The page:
walks from train stations

Ingleborough again


Off the bike and a fantastic weather forecast, so revisited Ingleborough although this time a linear route from Ribblehead to Horton. It was a Sunday so the trains were few and far between…happily the pub was open, and the waiting room in the station was warm and dry.

Whernside and the Ribblehead viaduct Pen-y-ghent Path up towards Ingleborough Towards Whernside Ingleborough

Top of Ingleborough Top of Ingleborough Top of Ingleborough Top of Ingleborough Top of Ingleborough

Ingleborough Limestone pavement near Horton-in-Ribblesdale Paths in the Yorkshire Dales

Route map

Ingleborough: Hewitt, HuMP, Marilyn, Nuttall; 724 m/2,375 ft

Great Knoutberry and Blea Moor


Another walk from Dent to Ribblehead, this time on the eastern side of the train line.


Following the road up from Dent station I joined the Pennine Bridleway as it follows the contours of Great Knoutberry.  Leaving the track I followed a fence up towards the trig point, from which all three peaks can be seen – visibility was good if a little hazy.  Curlew were disturbed on the way up, although I don’t think it was only me as there was a large bird hovering above.  As well as the trig point at the top there is a also a nice wind shelter; a section of wall with stones protruding as benches on either side.

Great Knoutberry Hill trig point The Three Peaks from Great Knoutberry Hill

Navigation was so easy as to verge on boring but I still almost followed the wrong fence down from the summit.  The correct fence is also the Cumbria/Yorkshire border.  Eventually I met the track at Aysgarth Moss which was a cross roads of bridleways; the west-east track being an old drovers road between dales.  I took the north-south route around Wold Fell which is a restricted byway, although given the more stringent restrictions on the surrounding routes I’m not sure how you could make the most of it.  This is a fine track and I would like to revisit it on a mountain bike.  There were lots of wheatears which were curious but seemed to find rabbits’ burrows a useful shelter when I got too close.

Bridleway Bridleway

The track meets a road for a few hundred metres before continuing around Blea Moor.  I stopped for lunch at the first gate and was visited by a curious weasel – it looked at me as if I was sitting in its way.  After a couple of laps of what is presumably a well-trodden route, followed by discrete surveillance from a patch of reeds the weasel disappeared.  Very quick and difficult to photograph but a lovely moment.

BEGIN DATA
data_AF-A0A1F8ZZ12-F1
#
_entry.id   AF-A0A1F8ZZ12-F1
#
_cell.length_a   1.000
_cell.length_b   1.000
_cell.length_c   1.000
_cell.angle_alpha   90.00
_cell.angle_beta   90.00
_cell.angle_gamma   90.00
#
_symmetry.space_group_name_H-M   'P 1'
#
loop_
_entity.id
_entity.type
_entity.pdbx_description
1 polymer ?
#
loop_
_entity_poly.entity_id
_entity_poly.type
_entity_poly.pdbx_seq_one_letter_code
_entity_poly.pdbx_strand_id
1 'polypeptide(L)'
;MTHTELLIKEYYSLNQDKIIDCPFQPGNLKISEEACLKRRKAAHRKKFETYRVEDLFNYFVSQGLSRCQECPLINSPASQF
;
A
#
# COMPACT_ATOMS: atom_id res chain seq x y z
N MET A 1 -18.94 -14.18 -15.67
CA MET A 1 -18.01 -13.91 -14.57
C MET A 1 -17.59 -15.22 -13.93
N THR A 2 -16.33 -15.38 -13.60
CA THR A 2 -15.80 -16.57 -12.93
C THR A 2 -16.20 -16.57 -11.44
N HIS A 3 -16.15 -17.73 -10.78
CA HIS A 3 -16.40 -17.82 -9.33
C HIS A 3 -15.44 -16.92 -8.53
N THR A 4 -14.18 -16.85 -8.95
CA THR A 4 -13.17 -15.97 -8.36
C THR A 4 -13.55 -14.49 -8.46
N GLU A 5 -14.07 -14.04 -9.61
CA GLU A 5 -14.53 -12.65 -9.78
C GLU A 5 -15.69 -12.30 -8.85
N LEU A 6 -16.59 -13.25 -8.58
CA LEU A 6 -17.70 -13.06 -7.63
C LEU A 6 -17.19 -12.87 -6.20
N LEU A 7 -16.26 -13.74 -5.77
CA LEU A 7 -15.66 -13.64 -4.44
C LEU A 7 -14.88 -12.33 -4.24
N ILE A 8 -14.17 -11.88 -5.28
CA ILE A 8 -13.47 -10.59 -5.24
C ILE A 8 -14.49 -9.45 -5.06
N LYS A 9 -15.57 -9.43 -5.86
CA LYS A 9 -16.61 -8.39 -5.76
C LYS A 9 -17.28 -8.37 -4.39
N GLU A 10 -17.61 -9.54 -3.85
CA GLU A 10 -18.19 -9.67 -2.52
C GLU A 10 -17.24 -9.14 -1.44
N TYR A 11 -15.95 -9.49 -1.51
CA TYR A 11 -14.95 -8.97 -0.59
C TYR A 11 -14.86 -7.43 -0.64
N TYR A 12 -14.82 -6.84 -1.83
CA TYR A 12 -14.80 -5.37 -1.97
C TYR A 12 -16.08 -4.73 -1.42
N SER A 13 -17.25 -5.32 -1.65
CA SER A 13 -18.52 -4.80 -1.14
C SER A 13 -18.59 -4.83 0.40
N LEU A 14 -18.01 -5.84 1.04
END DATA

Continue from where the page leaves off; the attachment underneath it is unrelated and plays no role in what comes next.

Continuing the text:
Although following bridleways was easy it had become a little dull so I decided to change my plan and head up to the summit of Blea Moor.  This involved more fence-following and lots of bog-dodging.  A vehicle had been driven over here recently – probably to repair the fence judging by the old rusted sections and new posts and wire – which made tracks to follow.  At the most difficult section I thought I was going to have to use the fence as a bridge but instead found a reasonably clear crossing.  I saw a couple of traps and wondered if they were for the weasel…perhaps it had been threatening the grouse population.  I only saw a couple of grouse, maybe after the 12th most of them have gone.

Trap found on hillside Trig point on Blea Moor

A fence junction was near the trig point of Blea Moor – there are air shafts near but out of sight, over the railway tunnel.  The best way down seemed to be to follow yet another fence – one now fully in Yorkshire.  A bit of bog-dodging was required, and eventually I met the path which follows the railway.  This was the first time I had seen other walkers since I left Dent station.

Trig point on Blea Moor Towards Pen-y-ghent from Blea Moor Ribblehead viaduct

I saw the 3.42 pm train come and go, so was happy that I had a couple of hours before the next one to spend in the Station Inn.  A better back garden is hard to imagine.

Ribblehead viaduct from the pub map of route

9.7 miles, 1,657 ft climbed
Great Knoutberry Hill, 672 m; Marilyn, Hump, Hewitt, Nuttall,
Bleh Moor, 535 m; Hump, Dewey



Whernside from Dent station, finishing at Ribblehead, staring with a walk along the road beside the little River Dee and the Settle – Carlisle train line.

River Dee, next to the railway line near Dent North entrance to Bleamoor Tunnel Railway line near Dent Head Viaduct

There is a very straight path directly over the Bleamoor tunnel, with several air shafts along the way.

Path towards Blea Moor Air shaft above Bleamoor Tunnel Ingleborough from Blea Moor

Then up to the top of Whernside through a few snow patches.

Whernside Path on Whernside Snow on the path on Whernside Snow on the path on Whernside Looking towards Dentdale from Whernside


Cloud on the top came and went.  We could see Ingleborough with a permanent toupeé.  The wall marks the boundary between Cumbria and North Yorkshire, the trig point is on the Cumbrian side.

Summit of Whernside Summit of Whernside Towards Ingleborough and Ribblehead Viaduct from Whernside Dentdale from Whernside Snow on Whernside Trig point on Whernside Walkers at Trig point on Whernside

After a steep but thankfully not icy descent we walked under the Ribblehead Viaduct just as the light faded and the rain started.

Looking towards Ribblehead Viaduct Whernside ridge, looking south Whernside ridge, looking south Whernside ridge, looking south Sheep and the Ribblehead Viaduct


whern160123_route-elev Whernside route

10.5 miles

Whernside, 763 m; Marilyn, HuMP, Hewitt, Nuttall, County Top (North Yorkshire)

23/08/15 Kinder Scout

A mission to find the highest point, and a bit of map and compass exercise.  We were lucky with the weather, it was clear enough to see that we might actually be at the top (marginally higher than the surrounding moor; perhaps not worth it unless you are a bagger) and the rain held off until we were on the home strait.